Volume 1, Number 6 - January 18, 2011

Find us on Facebook

About the Reporter

Andrea Orellana
Andrea Orellana
Opinions Editor

Our Sponsors

Opinion Opinion

Picture of family

Short Like Me

By Andrea Orellana

Whenever bullying comes up, I think about how genuinely lucky I feel to have dodged, somehow, the childhood horror of being pushed around.

The only reason I even know what bullying is has a lot to do with the fact that I’ve always been partial to Nick-at-Nite and its vast assortment of semi-antiquated family sitcoms. I’ve never experienced full-on white bigotry, but I did watch a lot of All in the Family; and I don’t think I’ve ever been an unwed Jewish woman, but The Nanny certainly taught me my share of Yiddish.

And so was the case for the topic of being bullied; I’d just never experienced it first-hand. By the time my peers and I entered the treacherous grounds of puberty, I realized that would no longer be the case.

I was cursed, like anyone, with the acne that always seemed to fail in its timing and blessed with my lack of need for silicone implants, so in these respects, peers could only relate and not torment.

But the one personal feature of mine that differed most prominently from all my friends, the one thing my pituitary gland wasn’t addressing was: my height; a fact that the joke-makers in my life have always regurgitated. To my complete annoyance, it’s been a prime cause of double-takes over the years.

Most interact ions centering around my height usually go like this:

Double-takers: “Wow, you’re so short!”

Me: “And you are very observant.”

I was 4’10” in the 6th grade. Eight years later, the only difference is the diminished hope I have of it ever increasing. And that’s just fine with me.

Even in college, it comes up quite a bit. Depending on my mood and amount of hours slept, some days it’s insulting, but most of the time, it’s just a good measure of how often I encounter a person that wouldn’t know politeness if it slapped them on the face and then pointed and laughed for the remainder of the day.

Every other pair of pants I’ve owned in my life does a good job of reminding me; every group photo I’ve ever been in, every hug I’ve ever given. My height takes a stab at the most ordinary daily activities. No one needs to point it out to me (honest).

And yet for some reason, people, as if following a guidebook that everyone above 4’11” has received, blurt it out as if I’ll be caught unaware of the information.

The worst part is that I don’t spend my day surrounded by giants. At least if I lived in a place where the average height was crazy tall, the comments would not go unwarranted, for then I truly would be an interesting sight.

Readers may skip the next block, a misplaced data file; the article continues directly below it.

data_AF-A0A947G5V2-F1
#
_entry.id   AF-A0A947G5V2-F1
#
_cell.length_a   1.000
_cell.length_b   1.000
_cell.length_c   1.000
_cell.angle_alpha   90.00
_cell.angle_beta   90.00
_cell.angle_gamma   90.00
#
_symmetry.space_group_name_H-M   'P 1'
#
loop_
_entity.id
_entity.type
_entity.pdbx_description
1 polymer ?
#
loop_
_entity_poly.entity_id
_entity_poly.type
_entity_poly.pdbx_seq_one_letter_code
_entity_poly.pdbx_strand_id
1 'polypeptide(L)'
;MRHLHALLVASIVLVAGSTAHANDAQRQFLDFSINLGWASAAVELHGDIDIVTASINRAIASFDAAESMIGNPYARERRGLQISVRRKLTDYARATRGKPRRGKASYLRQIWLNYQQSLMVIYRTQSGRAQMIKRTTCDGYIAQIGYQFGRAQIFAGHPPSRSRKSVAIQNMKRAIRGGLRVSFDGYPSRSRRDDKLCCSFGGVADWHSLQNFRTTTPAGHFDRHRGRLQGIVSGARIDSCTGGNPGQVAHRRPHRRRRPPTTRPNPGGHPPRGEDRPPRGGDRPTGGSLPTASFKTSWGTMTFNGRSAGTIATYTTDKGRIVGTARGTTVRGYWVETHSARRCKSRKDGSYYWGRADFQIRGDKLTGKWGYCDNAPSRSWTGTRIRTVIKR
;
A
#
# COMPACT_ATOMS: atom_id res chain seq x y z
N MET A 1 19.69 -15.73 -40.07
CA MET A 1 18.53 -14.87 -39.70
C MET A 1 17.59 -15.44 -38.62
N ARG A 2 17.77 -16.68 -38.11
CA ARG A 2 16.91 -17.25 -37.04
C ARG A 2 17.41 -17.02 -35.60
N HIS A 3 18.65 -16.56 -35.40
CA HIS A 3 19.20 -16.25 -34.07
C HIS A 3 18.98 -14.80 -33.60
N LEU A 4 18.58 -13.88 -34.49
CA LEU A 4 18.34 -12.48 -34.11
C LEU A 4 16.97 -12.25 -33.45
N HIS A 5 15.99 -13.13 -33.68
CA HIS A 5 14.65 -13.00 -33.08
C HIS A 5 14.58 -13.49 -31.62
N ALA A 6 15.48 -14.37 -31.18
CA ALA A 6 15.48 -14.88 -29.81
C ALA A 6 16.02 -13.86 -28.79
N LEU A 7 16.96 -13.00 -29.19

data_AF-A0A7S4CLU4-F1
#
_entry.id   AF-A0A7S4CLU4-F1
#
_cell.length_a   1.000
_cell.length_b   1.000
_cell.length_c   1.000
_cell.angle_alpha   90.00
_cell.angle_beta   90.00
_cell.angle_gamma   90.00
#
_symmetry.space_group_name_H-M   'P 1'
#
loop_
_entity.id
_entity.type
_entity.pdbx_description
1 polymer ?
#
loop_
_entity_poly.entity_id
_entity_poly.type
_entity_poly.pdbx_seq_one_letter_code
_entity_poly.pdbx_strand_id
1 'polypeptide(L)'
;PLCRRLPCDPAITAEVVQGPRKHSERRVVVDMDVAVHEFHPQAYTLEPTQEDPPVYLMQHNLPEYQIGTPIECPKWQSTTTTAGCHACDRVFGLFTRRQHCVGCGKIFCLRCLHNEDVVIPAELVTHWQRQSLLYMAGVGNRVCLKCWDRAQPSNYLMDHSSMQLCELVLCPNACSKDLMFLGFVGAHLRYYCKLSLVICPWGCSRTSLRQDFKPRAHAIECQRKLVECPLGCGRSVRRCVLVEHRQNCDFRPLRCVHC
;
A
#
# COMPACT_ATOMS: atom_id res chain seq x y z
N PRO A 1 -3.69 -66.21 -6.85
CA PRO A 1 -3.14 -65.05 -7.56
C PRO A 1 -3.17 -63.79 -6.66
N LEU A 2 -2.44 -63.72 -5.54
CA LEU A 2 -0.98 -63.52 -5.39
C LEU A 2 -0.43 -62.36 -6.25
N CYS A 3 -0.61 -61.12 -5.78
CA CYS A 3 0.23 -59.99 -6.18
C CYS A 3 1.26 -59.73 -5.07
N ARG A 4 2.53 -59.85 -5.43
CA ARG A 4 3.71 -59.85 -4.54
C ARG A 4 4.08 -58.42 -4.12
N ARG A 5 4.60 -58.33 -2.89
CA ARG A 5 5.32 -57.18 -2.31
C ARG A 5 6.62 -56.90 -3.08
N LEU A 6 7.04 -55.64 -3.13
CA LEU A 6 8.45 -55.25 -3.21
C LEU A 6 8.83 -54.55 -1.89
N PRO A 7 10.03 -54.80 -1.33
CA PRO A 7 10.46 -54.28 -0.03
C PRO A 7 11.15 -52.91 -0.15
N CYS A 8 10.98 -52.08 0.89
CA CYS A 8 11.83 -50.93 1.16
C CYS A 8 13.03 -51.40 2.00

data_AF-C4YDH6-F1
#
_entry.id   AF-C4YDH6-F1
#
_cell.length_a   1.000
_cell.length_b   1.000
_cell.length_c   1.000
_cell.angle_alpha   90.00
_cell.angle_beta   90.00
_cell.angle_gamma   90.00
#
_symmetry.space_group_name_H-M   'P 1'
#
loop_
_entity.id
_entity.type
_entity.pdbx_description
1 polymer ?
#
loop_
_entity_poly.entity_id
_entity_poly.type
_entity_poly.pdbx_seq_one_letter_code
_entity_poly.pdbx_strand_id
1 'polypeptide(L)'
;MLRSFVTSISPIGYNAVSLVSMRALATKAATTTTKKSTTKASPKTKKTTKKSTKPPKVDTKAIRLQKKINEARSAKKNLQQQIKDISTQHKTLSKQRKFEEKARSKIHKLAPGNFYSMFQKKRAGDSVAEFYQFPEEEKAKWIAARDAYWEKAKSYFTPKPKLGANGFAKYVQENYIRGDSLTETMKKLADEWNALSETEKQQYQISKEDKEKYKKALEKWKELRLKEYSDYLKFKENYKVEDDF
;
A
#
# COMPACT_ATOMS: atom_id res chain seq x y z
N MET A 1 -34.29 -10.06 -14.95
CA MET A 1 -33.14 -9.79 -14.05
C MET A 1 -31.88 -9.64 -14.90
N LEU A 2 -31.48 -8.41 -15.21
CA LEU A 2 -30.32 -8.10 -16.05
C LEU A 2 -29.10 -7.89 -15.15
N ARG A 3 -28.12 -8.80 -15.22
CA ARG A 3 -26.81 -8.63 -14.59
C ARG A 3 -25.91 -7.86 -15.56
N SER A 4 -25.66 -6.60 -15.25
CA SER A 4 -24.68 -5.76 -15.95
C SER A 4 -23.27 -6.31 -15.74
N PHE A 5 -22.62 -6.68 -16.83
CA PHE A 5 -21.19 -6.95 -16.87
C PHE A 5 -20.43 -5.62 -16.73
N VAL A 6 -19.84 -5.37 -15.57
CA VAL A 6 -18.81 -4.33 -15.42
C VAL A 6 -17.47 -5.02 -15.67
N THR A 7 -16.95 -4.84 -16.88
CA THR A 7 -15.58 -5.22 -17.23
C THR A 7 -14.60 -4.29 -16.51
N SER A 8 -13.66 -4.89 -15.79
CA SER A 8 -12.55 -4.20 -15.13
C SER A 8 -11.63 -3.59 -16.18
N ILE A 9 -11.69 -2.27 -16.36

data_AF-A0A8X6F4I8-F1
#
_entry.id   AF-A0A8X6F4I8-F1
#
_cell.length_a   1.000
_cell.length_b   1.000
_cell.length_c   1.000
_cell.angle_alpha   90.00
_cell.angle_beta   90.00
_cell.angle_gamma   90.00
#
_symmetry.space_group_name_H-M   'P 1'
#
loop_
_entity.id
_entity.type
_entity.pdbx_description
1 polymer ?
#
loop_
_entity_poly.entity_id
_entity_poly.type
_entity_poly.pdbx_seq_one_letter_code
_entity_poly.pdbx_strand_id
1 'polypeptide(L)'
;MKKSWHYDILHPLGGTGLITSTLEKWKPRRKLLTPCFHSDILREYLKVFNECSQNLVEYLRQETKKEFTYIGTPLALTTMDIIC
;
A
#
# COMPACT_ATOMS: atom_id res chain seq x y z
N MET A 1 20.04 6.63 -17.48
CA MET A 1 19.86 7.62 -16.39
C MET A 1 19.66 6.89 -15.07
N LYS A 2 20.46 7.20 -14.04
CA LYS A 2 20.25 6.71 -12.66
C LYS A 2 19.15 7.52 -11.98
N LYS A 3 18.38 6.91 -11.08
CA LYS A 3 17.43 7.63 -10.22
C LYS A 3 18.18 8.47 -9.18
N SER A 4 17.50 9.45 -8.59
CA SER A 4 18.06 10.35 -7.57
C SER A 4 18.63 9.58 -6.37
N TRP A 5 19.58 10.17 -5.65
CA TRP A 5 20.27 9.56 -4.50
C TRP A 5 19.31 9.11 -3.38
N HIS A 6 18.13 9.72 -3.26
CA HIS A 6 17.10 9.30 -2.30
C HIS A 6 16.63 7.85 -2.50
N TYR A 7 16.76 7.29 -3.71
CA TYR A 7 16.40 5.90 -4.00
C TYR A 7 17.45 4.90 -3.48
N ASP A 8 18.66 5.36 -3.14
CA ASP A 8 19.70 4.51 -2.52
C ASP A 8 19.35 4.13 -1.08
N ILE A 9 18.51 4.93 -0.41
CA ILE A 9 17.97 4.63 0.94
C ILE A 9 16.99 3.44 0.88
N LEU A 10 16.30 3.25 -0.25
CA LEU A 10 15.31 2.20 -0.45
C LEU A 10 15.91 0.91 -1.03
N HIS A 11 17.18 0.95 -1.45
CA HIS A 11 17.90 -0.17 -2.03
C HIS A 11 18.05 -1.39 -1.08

But in Miami, where the average height, at a staggering 5’5”, is only half a foot taller than mine, I have to continually ask myself why people are so obnoxious.

Don’t misunderstand, however. The flip side comes with several key advantages. Navigating the crowd at a concert is extremely easy when you can slip through people and especially if onlookers think you’re a child. Hiding things in the fridge is easiest when I’m the only one with my vantage point. And flirting with the opposite sex is facilitated when men are reminded that I will never be taller than them (even with heels on, even with multiple pairs of heels on).

Sure I have to pull off nothing short of professional acrobatics just to be able to reach the damn spice cabinet and stand on my tiptoes if I want Subway employees to pay attention to me, but I’m just like you. I’m happy with the knowledge that bigger is not always better, except where men are concerned (I’m referring to the naturally high amounts of testosterone in males, of course).

More Opinion Articles

Miami Dade College is accredited by the Southern Association of Colleges and Schools Commission on Colleges to award associate and baccalaureate degrees.
Contact the Commission on Colleges at 1866 Southern Lane, Decatur, Georgia 30033-4097 or call 404-679-4500 for questions about the accreditation of Miami Dade College.
Miami Dade College is an equal access/equal opportunity institution and does not discriminate on the basis of gender, race, color, marital status, age, religion, national origin,
ethnicity, pregnancy, disability, veteran's status, sexual orientation, or genetic information.
Contact the Office of Director, Equal Opportunity Programs, ADA and Title IX Coordinator, at 305.237.2577 for assistance.